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avatar 4 Donna Freedman

Thanks for the link, Flexo.
I respectfully disagree with regard to PF vs. PE. As an adult I have never played crab-ball, but I would have been well-served by knowing something about personal finance once I got out of school.
A whole lot of us were never given much (or any!) information at home. Had teachers talked to me about, say, compound interest, it could have made a big difference in the bottom line.
Back in my newspapering days (probably late 1990s), I interviewed a guy who taught a high-school PF class. He said kids came in not knowing that you have to pay interest on your credit card bills if you don’t zero them out. While researching the MSN article, I came across a study that said three-fourths of the teens surveyed didn’t understand credit card finance charges. (They also didn’t know whether using a check-cashing place was a good idea.)
Parents aren’t talking to their kids about money. Heck, some of THEM probably don’t understand credit-card finance charges, either.
We wouldn’t expect our kids to teach themselves how to read, write or cipher — but we release them into the world without any idea of how to fend for themselves financially.
P.S. I resented playing crab-ball as a teen. It’s a stupid game and it neither developed psychomotor skills nor encouraged physical health.

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avatar 5 Luke Landes

That’s interesting. I’ve never heard of crab-ball, but it certainly doesn’t sound fun. If PE failed you — and it failed me, too — I wouldn’t assume that required financial education courses would prepare students for financial responsibility any more that PE prepared you for a healthy lifestyle. Yes — young people do need to be getting the education from somewhere. They’re not getting it in homes where the parents aren’t good models. I worry about schools being the solution to every developmental problem when teachers seem to be getting a decreasing amount of respect at the same time. Sure, we can develop a certification program for teachers who wish to teach money management, but schools aren’t hiring more teachers and tensions between politicians and unions are high.

What do we remove from the curriculum so that students can take mandatory financial education classes? Is the purpose of a high school education to teach kids how to function in the real world, to develop critical thinking skills so they can teach themselves how to function in the real world, or to provide a training ground for college where they will learn critical thinking skills?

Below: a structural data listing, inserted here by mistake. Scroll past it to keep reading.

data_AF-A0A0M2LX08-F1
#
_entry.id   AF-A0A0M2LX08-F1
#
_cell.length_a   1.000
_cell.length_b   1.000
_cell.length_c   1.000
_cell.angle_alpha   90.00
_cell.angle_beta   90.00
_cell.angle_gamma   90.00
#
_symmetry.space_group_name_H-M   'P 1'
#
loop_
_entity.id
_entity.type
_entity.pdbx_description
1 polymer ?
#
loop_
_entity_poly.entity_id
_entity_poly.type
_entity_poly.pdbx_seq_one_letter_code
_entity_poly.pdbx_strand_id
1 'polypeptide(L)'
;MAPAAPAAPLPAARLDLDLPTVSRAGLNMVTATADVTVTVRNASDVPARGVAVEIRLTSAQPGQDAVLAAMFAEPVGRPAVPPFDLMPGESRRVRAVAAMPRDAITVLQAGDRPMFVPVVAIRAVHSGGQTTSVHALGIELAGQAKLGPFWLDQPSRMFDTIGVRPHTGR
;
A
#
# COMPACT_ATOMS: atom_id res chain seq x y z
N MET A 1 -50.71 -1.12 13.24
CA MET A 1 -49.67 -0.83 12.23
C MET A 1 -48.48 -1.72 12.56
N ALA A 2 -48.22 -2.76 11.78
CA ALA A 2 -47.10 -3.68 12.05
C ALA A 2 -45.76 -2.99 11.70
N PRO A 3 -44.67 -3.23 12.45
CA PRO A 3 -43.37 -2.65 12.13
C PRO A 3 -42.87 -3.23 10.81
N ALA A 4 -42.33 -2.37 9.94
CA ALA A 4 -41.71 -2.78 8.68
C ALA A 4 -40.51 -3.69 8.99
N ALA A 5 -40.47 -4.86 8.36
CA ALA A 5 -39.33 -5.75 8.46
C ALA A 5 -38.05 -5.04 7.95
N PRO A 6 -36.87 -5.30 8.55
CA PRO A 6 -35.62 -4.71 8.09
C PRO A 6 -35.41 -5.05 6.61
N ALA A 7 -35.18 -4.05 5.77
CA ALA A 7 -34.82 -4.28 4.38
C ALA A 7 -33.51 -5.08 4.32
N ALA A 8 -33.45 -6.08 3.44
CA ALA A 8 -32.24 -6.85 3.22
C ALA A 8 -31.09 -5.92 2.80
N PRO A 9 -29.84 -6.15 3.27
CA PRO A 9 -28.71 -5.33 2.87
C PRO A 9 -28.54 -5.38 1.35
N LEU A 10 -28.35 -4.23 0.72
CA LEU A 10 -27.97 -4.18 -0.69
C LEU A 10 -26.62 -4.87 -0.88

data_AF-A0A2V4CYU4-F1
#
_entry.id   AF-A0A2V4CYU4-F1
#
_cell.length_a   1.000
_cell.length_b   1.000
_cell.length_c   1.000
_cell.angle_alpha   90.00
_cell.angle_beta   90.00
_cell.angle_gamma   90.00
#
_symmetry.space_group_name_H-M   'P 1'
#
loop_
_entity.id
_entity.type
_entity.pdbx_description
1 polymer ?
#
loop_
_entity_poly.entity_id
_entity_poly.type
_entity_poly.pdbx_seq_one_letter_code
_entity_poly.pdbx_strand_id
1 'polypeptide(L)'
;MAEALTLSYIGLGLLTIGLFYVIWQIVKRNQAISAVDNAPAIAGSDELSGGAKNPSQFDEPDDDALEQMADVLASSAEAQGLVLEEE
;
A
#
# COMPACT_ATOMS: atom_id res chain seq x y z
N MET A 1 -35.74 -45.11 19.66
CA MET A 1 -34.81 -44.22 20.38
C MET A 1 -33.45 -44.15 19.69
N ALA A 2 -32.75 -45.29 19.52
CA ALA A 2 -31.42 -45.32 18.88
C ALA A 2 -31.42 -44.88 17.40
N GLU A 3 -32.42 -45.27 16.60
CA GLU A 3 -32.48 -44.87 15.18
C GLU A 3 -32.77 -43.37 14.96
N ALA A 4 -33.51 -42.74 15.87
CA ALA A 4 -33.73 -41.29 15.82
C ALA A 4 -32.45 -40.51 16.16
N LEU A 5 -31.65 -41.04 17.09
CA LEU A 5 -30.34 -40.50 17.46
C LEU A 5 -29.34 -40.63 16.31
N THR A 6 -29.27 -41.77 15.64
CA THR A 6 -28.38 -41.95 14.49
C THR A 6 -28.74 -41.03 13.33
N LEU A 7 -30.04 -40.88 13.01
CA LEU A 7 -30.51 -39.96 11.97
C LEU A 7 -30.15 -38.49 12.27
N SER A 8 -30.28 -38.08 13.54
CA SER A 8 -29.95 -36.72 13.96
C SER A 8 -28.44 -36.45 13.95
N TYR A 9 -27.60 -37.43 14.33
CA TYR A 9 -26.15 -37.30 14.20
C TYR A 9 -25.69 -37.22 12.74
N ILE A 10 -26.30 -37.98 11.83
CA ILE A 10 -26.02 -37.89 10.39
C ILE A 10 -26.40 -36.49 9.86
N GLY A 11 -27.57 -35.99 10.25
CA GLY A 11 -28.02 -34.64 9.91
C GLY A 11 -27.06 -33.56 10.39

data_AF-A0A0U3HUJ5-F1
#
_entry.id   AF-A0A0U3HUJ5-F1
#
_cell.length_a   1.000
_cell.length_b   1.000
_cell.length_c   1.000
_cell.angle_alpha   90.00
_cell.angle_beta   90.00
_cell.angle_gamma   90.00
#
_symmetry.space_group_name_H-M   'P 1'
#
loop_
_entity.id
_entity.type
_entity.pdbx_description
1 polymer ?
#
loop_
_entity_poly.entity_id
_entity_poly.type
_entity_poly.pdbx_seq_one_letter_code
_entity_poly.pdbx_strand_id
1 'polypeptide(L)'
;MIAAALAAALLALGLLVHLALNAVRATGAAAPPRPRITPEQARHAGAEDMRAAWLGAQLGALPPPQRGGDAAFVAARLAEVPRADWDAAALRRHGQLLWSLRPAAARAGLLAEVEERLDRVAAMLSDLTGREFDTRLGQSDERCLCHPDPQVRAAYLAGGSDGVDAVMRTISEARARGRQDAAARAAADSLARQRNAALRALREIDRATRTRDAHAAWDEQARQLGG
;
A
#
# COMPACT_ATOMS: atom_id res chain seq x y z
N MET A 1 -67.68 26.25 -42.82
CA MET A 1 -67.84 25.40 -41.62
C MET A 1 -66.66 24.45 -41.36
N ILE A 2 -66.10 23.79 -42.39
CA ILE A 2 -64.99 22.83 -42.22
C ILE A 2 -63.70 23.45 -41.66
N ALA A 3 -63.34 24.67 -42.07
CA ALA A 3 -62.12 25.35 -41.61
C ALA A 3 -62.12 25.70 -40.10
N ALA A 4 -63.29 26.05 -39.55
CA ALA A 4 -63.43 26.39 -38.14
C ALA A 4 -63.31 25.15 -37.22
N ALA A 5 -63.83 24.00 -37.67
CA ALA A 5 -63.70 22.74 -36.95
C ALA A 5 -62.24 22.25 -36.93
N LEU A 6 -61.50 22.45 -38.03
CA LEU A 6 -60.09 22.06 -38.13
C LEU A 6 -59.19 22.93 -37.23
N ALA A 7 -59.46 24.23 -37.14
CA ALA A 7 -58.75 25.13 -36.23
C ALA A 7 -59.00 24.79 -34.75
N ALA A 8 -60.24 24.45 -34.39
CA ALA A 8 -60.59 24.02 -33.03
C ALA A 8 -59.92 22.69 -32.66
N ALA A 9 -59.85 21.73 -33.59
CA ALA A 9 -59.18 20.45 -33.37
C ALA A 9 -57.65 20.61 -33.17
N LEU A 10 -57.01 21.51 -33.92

I’m all for personal finance lessons in school, but not at the required expense of anything else. Thinking back to my time in high school, my schedule was full of classes I was interested in, like history, English, music, foreign languages, calculus, etc. If I had been required to take a class in money management, it would have been a waste of my time, and there is a good portion of students for whom that would be the same.

As an arts advocate, I’d like to see all high school curricula include required music classes. The benefit of a musical education on the development of the brain (cognitive skills and motor skills are directly affected and there’s a correlation with mathematical and linguistic abilities) has been proven repeatedly, but it’ll never happen. The struggle with music is to keep schools from cutting back what already exists; in today’s environment, adding these programs is close to unthinkable. At least with personal finance, the topics can be covered in home economics.

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avatar 6 KNS Financial

I actually think that Personal Finance should be integrated into the curriculum much earlier than high school. You may not have to devote an entire class to it, but at least integrate it into other subjects when appropriate – math and history would be two easy ones.

In terms of destroying the economy with fiscal responsibility, this is only true if your economic growth is fueled mainly by debt! The process of deleveraging is what will stall this economy. However, if you take an economy where the average household and company isn’t leveraged up to their eyeballs, then a round of financial prudance won’t be as bad.